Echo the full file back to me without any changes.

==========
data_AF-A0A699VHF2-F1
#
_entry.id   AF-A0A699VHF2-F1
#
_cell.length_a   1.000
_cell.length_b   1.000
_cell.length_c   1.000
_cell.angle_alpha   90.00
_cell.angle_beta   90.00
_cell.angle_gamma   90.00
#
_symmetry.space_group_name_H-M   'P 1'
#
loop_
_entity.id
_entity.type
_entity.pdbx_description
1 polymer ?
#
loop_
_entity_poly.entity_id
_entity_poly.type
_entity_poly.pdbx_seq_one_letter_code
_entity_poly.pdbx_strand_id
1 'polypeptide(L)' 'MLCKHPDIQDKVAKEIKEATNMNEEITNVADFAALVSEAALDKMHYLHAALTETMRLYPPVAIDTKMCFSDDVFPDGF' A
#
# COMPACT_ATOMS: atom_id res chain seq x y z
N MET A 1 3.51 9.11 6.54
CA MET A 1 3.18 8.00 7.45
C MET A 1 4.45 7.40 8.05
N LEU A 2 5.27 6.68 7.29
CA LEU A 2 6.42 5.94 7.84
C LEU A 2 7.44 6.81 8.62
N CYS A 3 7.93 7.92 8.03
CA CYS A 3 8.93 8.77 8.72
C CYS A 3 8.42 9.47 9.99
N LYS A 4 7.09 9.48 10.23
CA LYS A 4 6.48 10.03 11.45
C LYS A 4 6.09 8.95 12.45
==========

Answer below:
data_AF-A0A699VHF2-F1
#
_entry.id   AF-A0A699VHF2-F1
#
_cell.length_a   1.000
_cell.length_b   1.000
_cell.length_c   1.000
_cell.angle_alpha   90.00
_cell.angle_beta   90.00
_cell.angle_gamma   90.00
#
_symmetry.space_group_name_H-M   'P 1'
#
loop_
_entity.id
_entity.type
_entity.pdbx_description
1 polymer ?
#
loop_
_entity_poly.entity_id
_entity_poly.type
_entity_poly.pdbx_seq_one_letter_code
_entity_poly.pdbx_strand_id
1 'polypeptide(L)' 'MLCKHPDIQDKVAKEIKEATNMNEEITNVADFAALVSEAALDKMHYLHAALTETMRLYPPVAIDTKMCFSDDVFPDGF' A
#
# COMPACT_ATOMS: atom_id res chain seq x y z
N MET A 1 3.51 9.11 6.54
CA MET A 1 3.18 8.00 7.45
C MET A 1 4.45 7.40 8.05
N LEU A 2 5.27 6.68 7.29
CA LEU A 2 6.42 5.94 7.84
C LEU A 2 7.44 6.81 8.62
N CYS A 3 7.93 7.92 8.03
CA CYS A 3 8.93 8.77 8.72
C CYS A 3 8.42 9.47 9.99
N LYS A 4 7.09 9.48 10.23
CA LYS A 4 6.48 10.03 11.45
C LYS A 4 6.09 8.95 12.45